The musical is an intergenerational tale with two love stories framed as the memory of a Japanese American war veteran reminiscing on the time his family spent in a Wyoming camp during the internment. It will open at a Shubert Theater in October. It had its premiere in 2012 at the Old Globe Theater in San Diego.
“I consider this my legacy project,” Takei told the New York Times. “This is the first time that this dark chapter of American history will be done on the Broadway stage.”
Takei, who spent about four years of his childhood living inside two different internment camps, is also helping fund the show, having put a substantial amount of his own money into the project.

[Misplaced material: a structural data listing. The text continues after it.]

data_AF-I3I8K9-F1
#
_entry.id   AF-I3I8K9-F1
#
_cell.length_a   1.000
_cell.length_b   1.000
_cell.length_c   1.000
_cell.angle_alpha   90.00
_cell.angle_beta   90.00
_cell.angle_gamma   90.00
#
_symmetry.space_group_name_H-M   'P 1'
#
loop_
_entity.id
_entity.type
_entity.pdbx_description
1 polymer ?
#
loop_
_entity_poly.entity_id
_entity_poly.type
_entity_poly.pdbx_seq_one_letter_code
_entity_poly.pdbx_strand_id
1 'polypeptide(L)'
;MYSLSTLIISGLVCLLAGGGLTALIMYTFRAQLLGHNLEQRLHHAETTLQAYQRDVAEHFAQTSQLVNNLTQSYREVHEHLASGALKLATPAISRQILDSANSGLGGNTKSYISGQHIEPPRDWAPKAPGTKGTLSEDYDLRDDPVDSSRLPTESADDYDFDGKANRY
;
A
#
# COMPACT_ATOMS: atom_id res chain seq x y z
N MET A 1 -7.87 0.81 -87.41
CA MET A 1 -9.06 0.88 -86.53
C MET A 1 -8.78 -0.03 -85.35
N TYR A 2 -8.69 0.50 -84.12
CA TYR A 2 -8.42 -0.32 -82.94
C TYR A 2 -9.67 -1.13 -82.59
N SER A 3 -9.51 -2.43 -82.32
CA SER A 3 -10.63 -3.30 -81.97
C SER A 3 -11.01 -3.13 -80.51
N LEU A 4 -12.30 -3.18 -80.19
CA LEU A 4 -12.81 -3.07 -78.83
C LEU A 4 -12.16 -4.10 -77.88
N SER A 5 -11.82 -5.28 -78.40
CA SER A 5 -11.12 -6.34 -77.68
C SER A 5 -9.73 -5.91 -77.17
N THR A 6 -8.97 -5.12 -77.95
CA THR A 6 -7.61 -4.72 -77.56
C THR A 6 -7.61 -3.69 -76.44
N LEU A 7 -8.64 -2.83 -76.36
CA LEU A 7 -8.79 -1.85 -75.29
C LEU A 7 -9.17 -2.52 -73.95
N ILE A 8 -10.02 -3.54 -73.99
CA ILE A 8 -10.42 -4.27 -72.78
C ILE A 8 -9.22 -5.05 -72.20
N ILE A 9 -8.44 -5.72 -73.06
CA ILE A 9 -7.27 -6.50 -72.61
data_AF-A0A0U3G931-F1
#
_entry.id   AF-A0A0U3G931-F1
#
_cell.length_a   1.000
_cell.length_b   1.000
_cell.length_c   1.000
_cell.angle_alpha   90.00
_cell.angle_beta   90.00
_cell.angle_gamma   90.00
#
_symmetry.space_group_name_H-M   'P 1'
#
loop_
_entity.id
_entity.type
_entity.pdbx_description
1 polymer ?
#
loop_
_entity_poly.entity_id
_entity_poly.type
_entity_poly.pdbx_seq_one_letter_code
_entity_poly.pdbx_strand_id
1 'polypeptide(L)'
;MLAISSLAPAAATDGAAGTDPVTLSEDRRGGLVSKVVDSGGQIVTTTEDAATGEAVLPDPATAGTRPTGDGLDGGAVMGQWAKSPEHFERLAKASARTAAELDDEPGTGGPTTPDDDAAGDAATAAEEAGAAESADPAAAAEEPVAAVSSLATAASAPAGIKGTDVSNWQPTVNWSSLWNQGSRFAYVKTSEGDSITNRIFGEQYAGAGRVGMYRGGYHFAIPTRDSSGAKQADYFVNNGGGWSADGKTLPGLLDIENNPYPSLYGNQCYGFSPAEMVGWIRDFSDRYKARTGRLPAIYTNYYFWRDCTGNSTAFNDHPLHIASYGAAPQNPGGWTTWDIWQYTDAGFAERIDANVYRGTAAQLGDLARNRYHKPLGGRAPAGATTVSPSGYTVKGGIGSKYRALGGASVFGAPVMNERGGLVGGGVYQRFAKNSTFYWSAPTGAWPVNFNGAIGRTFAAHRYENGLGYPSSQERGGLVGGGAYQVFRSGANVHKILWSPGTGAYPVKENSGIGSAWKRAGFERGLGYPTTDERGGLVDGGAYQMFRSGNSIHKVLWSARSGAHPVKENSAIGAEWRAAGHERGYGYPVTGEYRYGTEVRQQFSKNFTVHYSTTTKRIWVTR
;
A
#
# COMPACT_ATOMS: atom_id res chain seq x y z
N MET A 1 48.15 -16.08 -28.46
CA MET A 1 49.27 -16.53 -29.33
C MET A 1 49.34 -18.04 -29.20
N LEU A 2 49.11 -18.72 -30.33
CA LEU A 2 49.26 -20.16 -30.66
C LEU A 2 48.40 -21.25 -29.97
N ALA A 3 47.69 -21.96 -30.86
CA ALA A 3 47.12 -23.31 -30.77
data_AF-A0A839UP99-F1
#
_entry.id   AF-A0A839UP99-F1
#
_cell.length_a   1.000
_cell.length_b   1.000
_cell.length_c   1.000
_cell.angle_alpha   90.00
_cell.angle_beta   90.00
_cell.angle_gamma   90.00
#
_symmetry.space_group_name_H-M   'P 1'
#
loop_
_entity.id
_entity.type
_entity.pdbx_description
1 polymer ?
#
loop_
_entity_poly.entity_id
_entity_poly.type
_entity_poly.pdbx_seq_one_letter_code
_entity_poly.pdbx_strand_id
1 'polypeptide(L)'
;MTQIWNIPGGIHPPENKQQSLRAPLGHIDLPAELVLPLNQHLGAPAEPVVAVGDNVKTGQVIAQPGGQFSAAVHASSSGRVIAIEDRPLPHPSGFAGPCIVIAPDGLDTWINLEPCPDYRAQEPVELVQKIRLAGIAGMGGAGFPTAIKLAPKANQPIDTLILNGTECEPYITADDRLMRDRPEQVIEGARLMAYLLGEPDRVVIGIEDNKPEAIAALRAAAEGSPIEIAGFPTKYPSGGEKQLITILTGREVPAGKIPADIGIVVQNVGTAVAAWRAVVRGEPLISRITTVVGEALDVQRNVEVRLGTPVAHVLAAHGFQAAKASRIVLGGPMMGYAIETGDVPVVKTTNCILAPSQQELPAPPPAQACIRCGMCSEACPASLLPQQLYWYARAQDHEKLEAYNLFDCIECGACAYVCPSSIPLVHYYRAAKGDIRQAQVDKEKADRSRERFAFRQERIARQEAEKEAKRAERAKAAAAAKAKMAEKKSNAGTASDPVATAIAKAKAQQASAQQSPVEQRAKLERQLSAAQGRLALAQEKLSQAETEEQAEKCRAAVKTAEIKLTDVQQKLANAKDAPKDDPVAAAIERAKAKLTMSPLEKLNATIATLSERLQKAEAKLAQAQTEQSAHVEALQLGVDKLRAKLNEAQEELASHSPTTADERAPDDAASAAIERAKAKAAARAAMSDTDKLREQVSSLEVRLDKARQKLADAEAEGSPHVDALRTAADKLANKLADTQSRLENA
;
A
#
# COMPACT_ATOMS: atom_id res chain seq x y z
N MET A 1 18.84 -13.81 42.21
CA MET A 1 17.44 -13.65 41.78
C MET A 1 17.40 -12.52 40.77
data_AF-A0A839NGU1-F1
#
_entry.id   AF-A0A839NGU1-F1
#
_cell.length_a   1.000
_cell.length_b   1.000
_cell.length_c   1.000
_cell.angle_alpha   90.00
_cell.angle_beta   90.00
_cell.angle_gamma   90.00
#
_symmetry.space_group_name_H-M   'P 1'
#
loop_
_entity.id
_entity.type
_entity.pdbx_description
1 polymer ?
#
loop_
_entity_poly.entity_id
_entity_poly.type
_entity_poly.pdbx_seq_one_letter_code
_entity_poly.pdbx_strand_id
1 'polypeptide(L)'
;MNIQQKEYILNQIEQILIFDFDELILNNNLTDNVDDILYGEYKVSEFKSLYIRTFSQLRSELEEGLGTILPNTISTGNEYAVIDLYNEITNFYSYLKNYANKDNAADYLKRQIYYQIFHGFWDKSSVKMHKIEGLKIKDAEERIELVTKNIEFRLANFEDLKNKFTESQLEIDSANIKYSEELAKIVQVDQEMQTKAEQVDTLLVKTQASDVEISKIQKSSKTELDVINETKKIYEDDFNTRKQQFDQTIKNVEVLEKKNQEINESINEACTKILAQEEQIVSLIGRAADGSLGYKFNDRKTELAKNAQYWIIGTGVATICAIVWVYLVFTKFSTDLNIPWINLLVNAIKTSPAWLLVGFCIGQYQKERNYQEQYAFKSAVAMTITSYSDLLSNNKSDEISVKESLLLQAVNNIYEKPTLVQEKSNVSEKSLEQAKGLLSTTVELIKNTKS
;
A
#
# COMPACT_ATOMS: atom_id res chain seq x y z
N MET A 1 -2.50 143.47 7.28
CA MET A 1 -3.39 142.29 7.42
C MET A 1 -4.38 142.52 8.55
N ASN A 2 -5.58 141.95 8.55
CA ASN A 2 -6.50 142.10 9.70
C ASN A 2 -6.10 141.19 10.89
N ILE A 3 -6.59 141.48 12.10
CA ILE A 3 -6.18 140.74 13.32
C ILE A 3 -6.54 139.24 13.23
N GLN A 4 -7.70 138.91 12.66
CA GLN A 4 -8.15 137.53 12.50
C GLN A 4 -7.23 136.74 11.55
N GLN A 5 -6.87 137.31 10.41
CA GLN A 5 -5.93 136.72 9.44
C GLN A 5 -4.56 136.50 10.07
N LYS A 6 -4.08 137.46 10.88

He describes the show as “very, very personal” and a tribute to his parents, as well as the tens of thousands of Japanese-Americans ancestry locked away in internment camps between 1942 to 1946 under orders from President Roosevelt.
“The show’s backdrop is the imprisonment of innocent Americans simply because we looked like the people who bombed Pearl Harbor, but the story is universal — people falling in love, getting married, having a family,” Takei explains. “The musical will find an audience because whether you are white, black, Latino, young or old, people can identify with the idea of family and the stresses put on a family, which in this case were enormous.”
Looks like we’re gonna have to plan a theater trip to New York.